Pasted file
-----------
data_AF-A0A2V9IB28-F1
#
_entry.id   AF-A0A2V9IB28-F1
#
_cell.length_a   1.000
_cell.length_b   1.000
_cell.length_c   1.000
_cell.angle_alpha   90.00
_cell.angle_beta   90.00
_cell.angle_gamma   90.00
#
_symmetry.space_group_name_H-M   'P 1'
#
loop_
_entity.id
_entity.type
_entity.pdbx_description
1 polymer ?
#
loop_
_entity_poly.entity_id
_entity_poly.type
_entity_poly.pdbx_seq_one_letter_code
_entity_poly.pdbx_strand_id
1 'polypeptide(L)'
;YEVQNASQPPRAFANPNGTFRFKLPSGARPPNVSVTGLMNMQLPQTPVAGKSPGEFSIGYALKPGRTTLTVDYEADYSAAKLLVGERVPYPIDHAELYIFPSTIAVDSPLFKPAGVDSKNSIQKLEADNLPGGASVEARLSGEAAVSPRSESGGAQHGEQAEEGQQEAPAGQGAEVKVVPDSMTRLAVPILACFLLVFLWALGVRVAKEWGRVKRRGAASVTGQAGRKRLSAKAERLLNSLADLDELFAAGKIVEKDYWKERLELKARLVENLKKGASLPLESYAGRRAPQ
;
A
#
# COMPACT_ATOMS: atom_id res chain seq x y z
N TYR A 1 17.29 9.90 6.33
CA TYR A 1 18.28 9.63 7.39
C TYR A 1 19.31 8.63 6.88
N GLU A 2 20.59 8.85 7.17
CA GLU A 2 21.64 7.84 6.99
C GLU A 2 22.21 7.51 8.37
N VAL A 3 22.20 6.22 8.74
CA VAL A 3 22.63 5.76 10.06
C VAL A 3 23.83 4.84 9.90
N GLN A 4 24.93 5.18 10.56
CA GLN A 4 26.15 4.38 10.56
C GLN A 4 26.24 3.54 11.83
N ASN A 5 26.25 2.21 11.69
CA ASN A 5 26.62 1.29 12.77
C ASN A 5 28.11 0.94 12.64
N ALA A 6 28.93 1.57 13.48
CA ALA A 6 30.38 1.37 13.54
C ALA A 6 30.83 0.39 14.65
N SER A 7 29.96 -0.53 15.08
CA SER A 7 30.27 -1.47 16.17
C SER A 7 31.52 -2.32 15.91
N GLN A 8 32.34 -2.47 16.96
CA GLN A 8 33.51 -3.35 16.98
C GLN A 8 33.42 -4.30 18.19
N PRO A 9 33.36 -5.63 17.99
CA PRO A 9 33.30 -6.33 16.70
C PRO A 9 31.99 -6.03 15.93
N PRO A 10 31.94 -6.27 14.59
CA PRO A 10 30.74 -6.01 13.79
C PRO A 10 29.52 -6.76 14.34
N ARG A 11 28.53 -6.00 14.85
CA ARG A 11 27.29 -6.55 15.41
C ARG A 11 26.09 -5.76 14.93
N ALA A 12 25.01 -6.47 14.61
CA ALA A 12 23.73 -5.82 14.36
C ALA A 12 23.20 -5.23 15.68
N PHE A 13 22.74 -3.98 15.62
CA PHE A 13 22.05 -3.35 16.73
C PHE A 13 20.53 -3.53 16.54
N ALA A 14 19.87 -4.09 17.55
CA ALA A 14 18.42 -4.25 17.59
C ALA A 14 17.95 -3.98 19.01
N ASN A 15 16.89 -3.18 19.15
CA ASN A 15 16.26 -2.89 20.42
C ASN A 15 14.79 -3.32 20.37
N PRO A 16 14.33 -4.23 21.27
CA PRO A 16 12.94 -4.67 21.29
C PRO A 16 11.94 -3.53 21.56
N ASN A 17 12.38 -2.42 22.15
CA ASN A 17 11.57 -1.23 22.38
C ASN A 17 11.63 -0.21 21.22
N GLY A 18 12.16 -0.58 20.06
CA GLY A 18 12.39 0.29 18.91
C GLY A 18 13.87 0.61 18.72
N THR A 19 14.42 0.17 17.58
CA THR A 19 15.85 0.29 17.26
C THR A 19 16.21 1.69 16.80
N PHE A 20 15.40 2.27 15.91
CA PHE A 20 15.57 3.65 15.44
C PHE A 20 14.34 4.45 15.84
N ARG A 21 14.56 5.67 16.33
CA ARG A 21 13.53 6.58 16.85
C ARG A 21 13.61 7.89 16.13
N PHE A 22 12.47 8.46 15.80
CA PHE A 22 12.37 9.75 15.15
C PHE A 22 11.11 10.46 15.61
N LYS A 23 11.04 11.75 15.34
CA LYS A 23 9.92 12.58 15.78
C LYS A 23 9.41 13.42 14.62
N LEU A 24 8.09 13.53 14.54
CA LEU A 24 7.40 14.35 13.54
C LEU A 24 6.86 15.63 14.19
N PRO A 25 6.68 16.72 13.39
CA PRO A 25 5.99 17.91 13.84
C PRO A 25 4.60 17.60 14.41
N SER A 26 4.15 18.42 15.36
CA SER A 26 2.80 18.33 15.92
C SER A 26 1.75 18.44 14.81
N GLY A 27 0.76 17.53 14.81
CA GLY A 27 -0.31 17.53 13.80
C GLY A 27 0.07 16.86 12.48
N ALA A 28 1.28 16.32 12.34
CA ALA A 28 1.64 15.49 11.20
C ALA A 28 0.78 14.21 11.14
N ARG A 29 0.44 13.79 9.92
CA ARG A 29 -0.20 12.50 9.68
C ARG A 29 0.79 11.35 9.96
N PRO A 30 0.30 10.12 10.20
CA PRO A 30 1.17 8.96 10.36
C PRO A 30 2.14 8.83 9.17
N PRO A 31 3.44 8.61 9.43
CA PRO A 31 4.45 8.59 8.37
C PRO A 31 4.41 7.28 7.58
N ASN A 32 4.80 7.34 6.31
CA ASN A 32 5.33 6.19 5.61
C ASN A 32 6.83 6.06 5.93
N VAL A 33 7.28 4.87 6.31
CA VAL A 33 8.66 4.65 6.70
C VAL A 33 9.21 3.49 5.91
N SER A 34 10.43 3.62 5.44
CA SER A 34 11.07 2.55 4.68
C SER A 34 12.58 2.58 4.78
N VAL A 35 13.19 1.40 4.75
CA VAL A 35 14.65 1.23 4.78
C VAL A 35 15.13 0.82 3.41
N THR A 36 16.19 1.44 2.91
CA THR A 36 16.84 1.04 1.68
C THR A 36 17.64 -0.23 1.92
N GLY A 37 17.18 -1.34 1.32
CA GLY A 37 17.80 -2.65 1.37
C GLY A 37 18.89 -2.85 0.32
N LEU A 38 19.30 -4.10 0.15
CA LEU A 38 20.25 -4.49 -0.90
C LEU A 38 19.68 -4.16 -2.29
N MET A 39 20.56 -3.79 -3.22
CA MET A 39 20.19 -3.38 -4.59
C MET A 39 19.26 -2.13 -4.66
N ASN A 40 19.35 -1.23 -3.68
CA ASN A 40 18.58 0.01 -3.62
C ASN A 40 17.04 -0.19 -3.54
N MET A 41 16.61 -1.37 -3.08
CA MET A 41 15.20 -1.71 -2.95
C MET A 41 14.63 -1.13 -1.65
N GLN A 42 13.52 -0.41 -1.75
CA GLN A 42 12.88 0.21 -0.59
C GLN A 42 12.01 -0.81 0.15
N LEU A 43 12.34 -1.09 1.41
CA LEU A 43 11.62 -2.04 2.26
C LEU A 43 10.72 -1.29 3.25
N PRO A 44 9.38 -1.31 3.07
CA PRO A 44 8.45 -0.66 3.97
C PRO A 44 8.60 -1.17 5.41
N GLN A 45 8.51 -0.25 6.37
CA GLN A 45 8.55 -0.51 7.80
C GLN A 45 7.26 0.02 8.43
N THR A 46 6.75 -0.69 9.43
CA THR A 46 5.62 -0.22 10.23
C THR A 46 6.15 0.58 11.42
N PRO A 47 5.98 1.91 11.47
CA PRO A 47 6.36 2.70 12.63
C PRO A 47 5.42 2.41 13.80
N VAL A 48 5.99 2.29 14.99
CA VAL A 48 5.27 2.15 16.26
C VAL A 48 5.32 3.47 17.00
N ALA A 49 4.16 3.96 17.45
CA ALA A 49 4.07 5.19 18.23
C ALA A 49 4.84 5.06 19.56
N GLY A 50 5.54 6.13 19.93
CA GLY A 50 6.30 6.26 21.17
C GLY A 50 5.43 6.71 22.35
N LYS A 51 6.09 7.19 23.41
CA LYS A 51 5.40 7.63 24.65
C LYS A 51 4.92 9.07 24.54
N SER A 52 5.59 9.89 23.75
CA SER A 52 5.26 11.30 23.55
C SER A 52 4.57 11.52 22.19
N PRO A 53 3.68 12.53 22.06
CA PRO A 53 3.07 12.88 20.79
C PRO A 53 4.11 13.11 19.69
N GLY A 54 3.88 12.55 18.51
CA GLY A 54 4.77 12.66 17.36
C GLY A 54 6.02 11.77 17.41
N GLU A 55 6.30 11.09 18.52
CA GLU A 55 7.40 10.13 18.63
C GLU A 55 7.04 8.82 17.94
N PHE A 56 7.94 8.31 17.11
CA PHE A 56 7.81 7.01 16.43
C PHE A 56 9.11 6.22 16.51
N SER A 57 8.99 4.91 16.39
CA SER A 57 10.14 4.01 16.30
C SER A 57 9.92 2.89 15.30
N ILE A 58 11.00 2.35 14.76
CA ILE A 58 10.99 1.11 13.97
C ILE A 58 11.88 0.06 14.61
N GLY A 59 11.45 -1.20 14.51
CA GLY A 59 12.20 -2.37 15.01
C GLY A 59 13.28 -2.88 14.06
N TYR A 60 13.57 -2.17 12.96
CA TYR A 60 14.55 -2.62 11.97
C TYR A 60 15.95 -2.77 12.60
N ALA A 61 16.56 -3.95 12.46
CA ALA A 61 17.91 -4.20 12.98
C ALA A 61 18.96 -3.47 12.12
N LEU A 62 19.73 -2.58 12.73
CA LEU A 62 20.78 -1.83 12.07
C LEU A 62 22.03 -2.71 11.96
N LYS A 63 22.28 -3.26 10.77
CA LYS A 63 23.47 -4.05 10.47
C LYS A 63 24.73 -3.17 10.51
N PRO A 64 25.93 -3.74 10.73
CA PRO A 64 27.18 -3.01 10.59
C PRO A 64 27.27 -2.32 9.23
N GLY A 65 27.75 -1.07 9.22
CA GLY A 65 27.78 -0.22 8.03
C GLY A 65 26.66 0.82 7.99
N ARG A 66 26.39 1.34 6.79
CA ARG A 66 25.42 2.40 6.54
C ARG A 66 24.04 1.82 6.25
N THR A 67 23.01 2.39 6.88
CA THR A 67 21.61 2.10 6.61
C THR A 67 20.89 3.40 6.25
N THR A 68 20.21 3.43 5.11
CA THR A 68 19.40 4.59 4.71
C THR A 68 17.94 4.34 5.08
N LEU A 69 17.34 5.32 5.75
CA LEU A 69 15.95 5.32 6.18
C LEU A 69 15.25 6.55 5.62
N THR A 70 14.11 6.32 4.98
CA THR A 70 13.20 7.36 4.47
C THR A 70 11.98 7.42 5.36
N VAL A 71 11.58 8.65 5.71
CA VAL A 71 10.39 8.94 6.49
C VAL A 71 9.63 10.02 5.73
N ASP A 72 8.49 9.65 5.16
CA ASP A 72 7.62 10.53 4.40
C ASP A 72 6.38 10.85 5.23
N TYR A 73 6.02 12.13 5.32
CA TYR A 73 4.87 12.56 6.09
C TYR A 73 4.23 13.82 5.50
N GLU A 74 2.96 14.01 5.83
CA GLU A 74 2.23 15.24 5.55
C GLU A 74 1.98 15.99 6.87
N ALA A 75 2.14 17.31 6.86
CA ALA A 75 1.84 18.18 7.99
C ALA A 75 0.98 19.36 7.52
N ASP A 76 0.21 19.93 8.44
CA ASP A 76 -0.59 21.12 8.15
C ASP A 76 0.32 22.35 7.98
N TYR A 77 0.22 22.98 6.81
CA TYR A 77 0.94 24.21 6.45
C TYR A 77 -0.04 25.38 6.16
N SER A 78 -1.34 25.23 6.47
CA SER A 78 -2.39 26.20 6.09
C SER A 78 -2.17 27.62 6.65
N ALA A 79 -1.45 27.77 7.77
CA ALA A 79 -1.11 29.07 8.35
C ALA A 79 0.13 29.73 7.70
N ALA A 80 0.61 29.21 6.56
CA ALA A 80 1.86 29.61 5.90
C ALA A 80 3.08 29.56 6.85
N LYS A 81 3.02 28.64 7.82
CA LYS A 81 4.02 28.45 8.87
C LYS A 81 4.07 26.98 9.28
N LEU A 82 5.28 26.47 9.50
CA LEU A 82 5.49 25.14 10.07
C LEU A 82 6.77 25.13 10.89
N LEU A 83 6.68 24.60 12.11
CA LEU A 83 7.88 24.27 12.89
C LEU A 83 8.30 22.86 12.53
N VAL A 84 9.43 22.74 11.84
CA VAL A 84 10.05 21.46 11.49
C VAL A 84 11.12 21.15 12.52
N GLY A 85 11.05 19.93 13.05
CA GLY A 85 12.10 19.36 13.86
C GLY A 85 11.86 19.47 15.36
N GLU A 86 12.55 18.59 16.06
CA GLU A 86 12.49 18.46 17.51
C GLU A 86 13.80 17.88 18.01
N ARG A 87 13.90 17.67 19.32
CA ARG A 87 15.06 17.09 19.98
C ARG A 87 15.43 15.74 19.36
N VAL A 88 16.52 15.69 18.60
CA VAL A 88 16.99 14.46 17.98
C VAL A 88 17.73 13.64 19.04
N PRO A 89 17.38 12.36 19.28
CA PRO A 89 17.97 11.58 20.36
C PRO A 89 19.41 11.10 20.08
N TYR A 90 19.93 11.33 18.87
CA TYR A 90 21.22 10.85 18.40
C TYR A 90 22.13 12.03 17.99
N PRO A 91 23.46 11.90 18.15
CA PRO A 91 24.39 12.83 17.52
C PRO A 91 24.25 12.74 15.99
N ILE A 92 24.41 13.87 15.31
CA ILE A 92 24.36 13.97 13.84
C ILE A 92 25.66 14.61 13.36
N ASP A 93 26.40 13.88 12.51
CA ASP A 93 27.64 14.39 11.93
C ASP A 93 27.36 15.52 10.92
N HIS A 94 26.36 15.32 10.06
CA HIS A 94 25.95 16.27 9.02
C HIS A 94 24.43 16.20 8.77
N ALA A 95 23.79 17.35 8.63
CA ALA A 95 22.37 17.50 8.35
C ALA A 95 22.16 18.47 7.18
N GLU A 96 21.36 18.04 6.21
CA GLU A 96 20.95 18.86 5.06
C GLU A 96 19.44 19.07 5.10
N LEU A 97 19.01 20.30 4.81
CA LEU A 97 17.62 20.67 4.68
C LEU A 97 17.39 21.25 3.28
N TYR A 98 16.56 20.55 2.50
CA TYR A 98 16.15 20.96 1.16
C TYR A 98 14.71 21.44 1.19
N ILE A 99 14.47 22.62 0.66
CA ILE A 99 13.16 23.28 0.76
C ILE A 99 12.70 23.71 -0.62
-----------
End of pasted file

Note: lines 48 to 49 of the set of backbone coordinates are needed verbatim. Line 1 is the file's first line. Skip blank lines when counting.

C ALA A 6 30.83 0.39 14.65
N SER A 7 29.96 -0.53 15.08